Paul Revere was an early revolutionary from Boston who made a number of key connections with leaders of the Loyal Nine and Sons of Liberty. While he is most remembered for his Midnight Ride, his copper engravings and other works of propaganda portrayed Boston as an oppressed and ill-treated town, occupied by a brutal army of British regulars. After the war, he went on to be a successful entrepreneur opening an iron foundry, and later a copper mill which produced practical goods for the local populace.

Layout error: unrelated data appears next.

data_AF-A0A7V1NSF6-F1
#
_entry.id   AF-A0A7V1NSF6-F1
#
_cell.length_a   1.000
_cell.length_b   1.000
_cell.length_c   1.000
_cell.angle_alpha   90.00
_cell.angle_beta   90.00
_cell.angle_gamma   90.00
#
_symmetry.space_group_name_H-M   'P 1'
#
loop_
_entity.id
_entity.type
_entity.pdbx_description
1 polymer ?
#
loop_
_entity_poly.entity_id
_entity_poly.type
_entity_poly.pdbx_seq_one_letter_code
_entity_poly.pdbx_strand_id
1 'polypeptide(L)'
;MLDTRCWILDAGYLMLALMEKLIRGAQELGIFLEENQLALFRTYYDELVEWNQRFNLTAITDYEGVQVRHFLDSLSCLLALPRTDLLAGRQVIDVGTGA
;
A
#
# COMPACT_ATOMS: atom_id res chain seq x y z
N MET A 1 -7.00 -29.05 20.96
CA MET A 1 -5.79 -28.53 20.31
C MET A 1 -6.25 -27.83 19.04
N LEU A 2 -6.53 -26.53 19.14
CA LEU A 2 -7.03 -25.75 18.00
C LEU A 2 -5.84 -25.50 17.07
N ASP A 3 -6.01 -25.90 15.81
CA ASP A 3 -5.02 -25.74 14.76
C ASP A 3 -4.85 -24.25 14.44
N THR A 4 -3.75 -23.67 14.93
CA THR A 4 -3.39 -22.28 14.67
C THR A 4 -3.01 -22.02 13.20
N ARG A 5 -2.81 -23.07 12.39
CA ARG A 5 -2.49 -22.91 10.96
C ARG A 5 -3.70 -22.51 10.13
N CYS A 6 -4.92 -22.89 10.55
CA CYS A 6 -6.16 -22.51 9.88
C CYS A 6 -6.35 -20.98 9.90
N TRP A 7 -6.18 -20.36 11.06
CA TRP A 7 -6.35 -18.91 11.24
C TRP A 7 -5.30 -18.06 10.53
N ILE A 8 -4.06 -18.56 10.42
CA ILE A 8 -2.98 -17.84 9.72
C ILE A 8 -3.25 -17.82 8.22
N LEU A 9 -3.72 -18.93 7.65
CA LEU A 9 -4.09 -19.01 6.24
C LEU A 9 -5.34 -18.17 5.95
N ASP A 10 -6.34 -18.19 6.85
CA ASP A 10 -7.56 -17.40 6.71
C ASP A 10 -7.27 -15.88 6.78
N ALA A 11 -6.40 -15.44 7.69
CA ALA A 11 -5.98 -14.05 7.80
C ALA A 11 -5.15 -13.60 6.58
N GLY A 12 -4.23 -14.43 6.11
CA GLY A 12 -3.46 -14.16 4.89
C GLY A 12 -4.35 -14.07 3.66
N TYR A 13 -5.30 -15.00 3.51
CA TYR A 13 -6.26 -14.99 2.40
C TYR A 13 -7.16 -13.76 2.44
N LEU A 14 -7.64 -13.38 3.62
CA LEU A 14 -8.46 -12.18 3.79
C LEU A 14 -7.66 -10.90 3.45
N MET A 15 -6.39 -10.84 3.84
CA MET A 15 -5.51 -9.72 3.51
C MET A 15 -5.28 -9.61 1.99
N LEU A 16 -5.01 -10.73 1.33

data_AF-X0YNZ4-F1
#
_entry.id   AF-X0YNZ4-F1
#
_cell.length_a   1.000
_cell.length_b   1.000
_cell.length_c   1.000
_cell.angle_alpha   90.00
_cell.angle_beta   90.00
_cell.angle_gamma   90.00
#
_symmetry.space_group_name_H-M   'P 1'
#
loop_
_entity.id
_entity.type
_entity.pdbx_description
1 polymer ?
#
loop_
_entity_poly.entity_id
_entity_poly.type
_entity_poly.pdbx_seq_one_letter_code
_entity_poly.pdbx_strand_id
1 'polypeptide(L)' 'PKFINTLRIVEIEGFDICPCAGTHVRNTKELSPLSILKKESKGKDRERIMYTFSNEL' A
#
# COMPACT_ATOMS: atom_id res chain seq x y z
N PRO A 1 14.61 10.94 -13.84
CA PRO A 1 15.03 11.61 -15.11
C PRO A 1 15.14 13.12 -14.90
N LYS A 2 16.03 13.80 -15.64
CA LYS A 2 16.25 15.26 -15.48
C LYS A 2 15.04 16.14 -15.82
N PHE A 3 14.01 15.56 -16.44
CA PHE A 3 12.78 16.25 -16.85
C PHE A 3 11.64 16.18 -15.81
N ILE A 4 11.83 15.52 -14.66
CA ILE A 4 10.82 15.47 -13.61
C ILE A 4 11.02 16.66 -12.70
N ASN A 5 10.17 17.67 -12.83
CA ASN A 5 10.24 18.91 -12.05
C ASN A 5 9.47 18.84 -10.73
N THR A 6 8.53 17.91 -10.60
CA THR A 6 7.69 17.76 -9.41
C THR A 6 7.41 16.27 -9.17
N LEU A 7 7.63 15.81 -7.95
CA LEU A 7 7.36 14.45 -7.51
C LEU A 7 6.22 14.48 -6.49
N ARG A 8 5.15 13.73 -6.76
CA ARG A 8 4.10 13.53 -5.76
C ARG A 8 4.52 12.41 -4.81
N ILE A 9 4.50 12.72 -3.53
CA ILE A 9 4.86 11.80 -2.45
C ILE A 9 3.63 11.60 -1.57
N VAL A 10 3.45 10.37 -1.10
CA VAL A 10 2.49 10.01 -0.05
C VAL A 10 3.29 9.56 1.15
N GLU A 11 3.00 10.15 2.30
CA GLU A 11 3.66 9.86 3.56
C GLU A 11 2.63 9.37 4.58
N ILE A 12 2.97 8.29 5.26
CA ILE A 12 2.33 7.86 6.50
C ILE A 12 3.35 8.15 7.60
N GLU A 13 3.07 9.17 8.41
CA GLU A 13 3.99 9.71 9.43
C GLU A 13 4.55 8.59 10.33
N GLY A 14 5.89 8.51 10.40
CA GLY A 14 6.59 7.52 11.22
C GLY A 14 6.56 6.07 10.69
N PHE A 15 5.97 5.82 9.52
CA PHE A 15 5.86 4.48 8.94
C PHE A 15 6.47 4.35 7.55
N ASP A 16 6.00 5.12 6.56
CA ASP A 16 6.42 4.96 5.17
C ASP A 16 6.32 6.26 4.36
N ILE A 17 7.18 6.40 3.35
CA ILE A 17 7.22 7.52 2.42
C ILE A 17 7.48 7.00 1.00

Paul Revere was born in the North End of Boston on December 21, 1734. Although Revere originated from the middling sort, through his membership in St. Andrews Lodge of Freemasons, he made connections with a number of people who later became the founding members of the Loyal Nine. Although he was not a member of the Loyal Nine, it is believed that he assisted this predecessor organization of the Sons of Liberty in leading political protests against Parliament’s authority to tax the colonies. While he was not known for exceptional oratory, he was a master of propaganda, and his works helped the Sons of Liberty galvanize support for their dissident cause.